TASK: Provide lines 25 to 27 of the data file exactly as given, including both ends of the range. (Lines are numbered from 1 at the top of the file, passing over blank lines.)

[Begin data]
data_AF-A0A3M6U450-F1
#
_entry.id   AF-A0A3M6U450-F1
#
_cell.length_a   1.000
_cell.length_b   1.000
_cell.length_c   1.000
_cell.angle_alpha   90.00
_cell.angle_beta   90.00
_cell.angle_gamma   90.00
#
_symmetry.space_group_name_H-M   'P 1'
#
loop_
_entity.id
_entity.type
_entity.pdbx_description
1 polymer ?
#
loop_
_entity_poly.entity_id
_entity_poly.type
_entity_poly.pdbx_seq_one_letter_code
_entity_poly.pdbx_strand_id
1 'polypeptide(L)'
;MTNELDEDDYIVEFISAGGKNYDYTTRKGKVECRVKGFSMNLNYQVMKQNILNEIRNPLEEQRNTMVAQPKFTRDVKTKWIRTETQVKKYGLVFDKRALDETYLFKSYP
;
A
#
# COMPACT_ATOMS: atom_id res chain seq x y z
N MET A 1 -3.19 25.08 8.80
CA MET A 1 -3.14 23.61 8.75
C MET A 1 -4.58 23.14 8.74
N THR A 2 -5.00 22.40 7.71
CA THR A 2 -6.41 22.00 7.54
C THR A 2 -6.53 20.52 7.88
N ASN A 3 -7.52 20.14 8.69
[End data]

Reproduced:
1 'polypeptide(L)'
;MTNELDEDDYIVEFISAGGKNYDYTTRKGKVECRVKGFSMNLNYQVMKQNILNEIRNPLEEQRNTMVAQPKFTRDVKTKWIRTETQVKKYGLVFDKRALDETYLFKSYP
;